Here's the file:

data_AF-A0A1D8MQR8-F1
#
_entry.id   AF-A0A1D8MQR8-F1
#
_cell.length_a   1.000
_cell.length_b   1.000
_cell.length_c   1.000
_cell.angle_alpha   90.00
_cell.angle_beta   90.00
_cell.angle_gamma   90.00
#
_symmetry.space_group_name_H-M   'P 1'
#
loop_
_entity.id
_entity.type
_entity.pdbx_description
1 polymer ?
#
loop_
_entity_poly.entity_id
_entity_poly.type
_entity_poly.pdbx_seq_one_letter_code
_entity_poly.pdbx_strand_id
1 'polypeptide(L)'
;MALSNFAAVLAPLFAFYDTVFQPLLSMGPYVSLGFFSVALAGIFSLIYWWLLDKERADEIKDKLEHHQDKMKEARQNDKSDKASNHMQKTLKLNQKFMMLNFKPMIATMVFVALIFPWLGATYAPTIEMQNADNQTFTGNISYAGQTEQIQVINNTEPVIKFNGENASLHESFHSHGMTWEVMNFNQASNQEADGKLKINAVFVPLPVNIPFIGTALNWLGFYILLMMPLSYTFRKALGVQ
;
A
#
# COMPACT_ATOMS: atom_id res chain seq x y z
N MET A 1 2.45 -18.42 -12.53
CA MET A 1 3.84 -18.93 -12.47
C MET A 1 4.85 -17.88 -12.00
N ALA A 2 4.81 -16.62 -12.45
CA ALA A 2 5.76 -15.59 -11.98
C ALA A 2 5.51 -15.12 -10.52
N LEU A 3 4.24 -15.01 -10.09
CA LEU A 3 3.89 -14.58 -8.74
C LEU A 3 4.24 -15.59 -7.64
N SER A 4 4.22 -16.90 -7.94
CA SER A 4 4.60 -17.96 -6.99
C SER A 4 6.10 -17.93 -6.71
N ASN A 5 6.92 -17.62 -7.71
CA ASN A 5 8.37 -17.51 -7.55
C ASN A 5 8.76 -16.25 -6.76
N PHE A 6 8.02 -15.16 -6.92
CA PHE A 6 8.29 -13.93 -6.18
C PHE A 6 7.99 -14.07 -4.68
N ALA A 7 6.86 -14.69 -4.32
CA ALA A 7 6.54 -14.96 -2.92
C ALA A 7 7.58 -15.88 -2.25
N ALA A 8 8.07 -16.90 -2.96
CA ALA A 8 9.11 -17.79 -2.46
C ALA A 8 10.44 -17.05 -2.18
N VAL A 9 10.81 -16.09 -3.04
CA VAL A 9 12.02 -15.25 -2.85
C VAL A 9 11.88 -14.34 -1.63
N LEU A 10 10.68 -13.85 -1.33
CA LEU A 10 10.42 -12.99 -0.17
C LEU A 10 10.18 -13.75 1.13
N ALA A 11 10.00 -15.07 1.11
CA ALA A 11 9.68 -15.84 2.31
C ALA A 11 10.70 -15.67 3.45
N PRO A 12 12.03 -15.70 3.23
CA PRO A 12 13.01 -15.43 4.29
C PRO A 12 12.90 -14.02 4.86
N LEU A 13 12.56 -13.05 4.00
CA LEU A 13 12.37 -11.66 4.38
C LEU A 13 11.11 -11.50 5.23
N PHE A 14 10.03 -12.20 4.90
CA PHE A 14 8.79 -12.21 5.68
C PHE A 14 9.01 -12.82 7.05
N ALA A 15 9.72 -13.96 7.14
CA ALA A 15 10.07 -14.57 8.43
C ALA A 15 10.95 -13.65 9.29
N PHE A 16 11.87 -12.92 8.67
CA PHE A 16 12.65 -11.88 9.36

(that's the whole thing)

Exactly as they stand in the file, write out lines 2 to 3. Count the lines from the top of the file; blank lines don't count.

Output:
#
_entry.id   AF-A0A1D8MQR8-F1